Wright's Tavern was built in 1747 by Ephraim Jones. Jones operated the tavern until 1751 and twenty three years later, it was the site of the first meeting of the Massachusetts Provincial Congress. In April 1775, the tavern was the assembly point for Concord's Minutemen before the Battles of Lexington and Concord. The building has been well-preserved since the colonial period and is historically significant given the building's association with the Battle of Lexington and Concord at the start of the American Revolution.
Wright's Tavern, built in 1747 at Concord, played a colorful role in events leading up to the War for Independence, and in the fighting which marked the war's first day (National Park Service)
Wright's Tavern's Historical Marker
Information plaque from the front of the Tavern
Backstory and Context
Wright's Tavern began as a hostelry and a private home. When Ephraim Jones died in 1766, it was sold to Daniel Taylor who owned the Tavern until 1775 when it was sold to Charles Swan from Charlestown. Wright's Tavern is named after Amos Wright, although he never actually owned the building. Wright likely rented the building and was later linked to it by one of his descendants in the early 20th century. According to the Historic Structure Report, “Lemuel Shattucks referred to the building as “Wright’s Tavern, now Deacon Jarvis’s” in his 1835 History of the Town of Concord, giving more credence to its local association with Amos Wright.” Wright’s Tavern was managed by Amos Wright at the dawn of the American Revolution. Wright was the Tavern keeper on April 19th, 1775 when local militia gathered here prior to the skirmish at Concord's North Bridge. Allegedly, two of the British soldiers stopped into the Tavern for refreshments. The Massachusetts Provincial Congress met prior to this time in October 1774, at the First Parish Church. Wright's Tavern also served as a meeting place for committees of the Congress during the 5-day session.
From approximately 1747 to 1787, this building functioned as a home and tavern usually operated by renters. The Tavern became a bakery in 1793 when it was purchased by Deacon Francis Jarvis and baker Thomas Safford. There is some evidence that suggests Jarvis rented the building before the two purchased it. In John Cole's 1989 study of the building, Cole found Jarvis' name written on a beam in the building alongside a year: 1787. It is likely that both Jarvis and Safford lived in the building with their families while operating their bakery. In 1795, Jarvis bought out Safford. Jarvis remained at Wright's Tavern until 1831 when he moved to Buttrick Farm. He continued owning the building during this period, renting it out to various tenants. In 1839, Stephen Jarvis purchased the Tavern from Francis Jarvis for $1. Stephen was born in Massachusetts in 1795 and may have been Francis' son. At the time Stephen purchased the building, he was a merchant living in New Orleans. He remained in New Orleans and rented the building out to others. In 1853, James M. Billings purchased the building from Jarvis and lived there with his wife and children. He was listed as a stable keeper on the census, suggesting he made his income from the barns near the building rather than from the building itself. Five years later, the mortgage was assigned to Samuel Staples who acquired the property with George Prescott. After their ownership, the building changed hands every few years and functioned in different capacities for various types of businesses.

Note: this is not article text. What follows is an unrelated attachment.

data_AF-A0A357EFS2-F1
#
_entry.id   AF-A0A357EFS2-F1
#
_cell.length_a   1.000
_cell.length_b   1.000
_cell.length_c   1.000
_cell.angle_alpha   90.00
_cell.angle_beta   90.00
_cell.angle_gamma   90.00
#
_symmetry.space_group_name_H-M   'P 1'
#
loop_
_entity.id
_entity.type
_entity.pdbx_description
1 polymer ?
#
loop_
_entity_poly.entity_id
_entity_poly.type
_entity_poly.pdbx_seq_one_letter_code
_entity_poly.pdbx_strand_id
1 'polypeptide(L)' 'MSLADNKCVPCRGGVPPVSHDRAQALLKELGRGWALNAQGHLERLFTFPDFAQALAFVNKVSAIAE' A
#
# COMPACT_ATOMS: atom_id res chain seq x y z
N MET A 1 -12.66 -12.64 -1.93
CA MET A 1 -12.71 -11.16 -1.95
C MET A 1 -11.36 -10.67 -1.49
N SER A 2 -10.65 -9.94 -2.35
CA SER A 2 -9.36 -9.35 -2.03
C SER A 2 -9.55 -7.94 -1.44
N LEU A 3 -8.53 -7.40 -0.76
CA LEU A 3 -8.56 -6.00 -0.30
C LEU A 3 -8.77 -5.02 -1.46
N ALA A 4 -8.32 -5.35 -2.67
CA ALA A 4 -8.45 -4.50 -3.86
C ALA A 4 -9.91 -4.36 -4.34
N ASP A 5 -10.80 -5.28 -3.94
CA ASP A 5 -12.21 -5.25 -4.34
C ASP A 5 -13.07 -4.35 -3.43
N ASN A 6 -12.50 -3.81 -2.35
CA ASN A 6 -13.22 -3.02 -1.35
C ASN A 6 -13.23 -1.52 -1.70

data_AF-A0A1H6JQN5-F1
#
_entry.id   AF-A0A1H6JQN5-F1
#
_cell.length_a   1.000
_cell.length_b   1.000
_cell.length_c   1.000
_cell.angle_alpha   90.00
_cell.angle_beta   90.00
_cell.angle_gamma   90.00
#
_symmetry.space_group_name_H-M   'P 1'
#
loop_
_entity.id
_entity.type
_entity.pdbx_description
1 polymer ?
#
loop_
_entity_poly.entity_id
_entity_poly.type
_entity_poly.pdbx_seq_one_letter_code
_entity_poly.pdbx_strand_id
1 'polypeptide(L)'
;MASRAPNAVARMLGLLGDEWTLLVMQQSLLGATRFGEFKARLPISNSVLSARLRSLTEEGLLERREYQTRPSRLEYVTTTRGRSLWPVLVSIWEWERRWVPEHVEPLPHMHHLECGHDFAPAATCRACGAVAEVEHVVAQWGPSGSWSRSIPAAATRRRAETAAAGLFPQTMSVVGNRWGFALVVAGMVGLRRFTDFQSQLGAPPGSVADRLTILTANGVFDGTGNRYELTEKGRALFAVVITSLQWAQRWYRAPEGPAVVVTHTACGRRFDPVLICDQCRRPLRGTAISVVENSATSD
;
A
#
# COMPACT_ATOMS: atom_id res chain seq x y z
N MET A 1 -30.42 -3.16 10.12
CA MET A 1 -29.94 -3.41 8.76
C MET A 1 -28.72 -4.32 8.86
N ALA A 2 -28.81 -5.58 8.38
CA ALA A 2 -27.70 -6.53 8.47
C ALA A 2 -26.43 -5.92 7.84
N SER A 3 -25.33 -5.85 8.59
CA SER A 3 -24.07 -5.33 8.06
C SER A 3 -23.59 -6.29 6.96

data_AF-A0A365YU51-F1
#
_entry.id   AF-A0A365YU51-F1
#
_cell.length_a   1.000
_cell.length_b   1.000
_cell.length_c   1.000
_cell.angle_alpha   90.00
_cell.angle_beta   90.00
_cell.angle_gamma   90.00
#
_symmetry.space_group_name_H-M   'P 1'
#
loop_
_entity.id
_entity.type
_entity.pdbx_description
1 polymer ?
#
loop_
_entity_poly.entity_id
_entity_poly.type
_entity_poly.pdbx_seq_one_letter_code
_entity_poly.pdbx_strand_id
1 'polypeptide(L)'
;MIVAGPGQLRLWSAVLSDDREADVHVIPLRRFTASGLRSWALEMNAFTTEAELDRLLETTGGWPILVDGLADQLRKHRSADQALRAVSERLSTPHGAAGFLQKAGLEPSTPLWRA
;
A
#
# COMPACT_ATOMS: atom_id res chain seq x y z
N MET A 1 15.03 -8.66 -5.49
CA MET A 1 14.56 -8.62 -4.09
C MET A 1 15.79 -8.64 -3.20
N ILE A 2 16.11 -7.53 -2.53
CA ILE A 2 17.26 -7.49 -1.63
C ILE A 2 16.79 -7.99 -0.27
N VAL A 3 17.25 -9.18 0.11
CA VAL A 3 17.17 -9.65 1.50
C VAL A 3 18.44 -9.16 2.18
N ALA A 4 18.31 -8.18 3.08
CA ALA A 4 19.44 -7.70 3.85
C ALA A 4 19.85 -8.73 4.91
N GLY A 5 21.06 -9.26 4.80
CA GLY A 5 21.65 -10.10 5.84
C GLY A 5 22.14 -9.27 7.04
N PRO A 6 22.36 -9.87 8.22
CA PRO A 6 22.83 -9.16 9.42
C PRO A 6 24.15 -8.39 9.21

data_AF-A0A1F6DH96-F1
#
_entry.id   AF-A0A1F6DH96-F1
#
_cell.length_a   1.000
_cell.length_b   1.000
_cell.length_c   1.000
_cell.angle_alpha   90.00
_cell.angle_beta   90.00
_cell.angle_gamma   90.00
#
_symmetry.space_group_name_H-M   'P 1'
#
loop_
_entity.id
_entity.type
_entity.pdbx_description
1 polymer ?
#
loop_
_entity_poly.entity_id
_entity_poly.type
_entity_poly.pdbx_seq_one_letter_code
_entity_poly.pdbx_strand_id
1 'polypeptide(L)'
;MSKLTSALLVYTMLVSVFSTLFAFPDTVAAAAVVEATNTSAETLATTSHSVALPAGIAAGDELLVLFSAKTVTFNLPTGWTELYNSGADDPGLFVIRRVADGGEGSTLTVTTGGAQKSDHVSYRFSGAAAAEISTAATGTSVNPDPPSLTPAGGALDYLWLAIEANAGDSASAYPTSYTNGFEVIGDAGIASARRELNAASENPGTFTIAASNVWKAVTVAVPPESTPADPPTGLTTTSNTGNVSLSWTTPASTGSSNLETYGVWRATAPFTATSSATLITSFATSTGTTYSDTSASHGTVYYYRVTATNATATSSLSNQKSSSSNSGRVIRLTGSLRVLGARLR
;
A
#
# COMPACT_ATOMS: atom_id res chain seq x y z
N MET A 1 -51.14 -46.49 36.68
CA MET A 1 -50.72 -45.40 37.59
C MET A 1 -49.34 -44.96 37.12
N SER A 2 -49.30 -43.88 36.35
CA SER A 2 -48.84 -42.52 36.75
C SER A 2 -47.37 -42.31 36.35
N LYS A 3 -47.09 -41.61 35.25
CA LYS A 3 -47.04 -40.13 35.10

The First Parish Church in Concord acquired the building in the 1880s and began renting it out to tenants once again. By the mid-1890s, the Tavern was a restaurant and lodging. The Tavern continued to function in this capacity until the 1950s. During this roughly 50 year period, the building was occupied by various renters. By 1958, the building had been vacant for a year which ended its use as a restaurant and lodging. Throughout the 1960's and 70's, the building housed retail businesses and offices. The Secretary of the Interior declared the Tavern an historic site in 1961 and stated that it was eligible for the National Register of Historic Places. During the Bicentennial of the American Revolution in 1975, the Tavern's condition was reassessed. The Concord Bicentennial Committee and the First Parish Church created a plan for its continued upkeep, rather than dealing with structural issues as they arose. Over the centuries, several changes had been made to the Tavern both aesthetically and practically. Today, the building has been incorporated into the Concord Museum as an educational space.
Groundroot Preservation Group. Historic Structure Report, The Town of Concord Massachusetts. 2014. Accessed November 21st, 2022. https://concordma.gov/DocumentCenter/View/32591/Wright-Tavern---Historic-Structure-Report.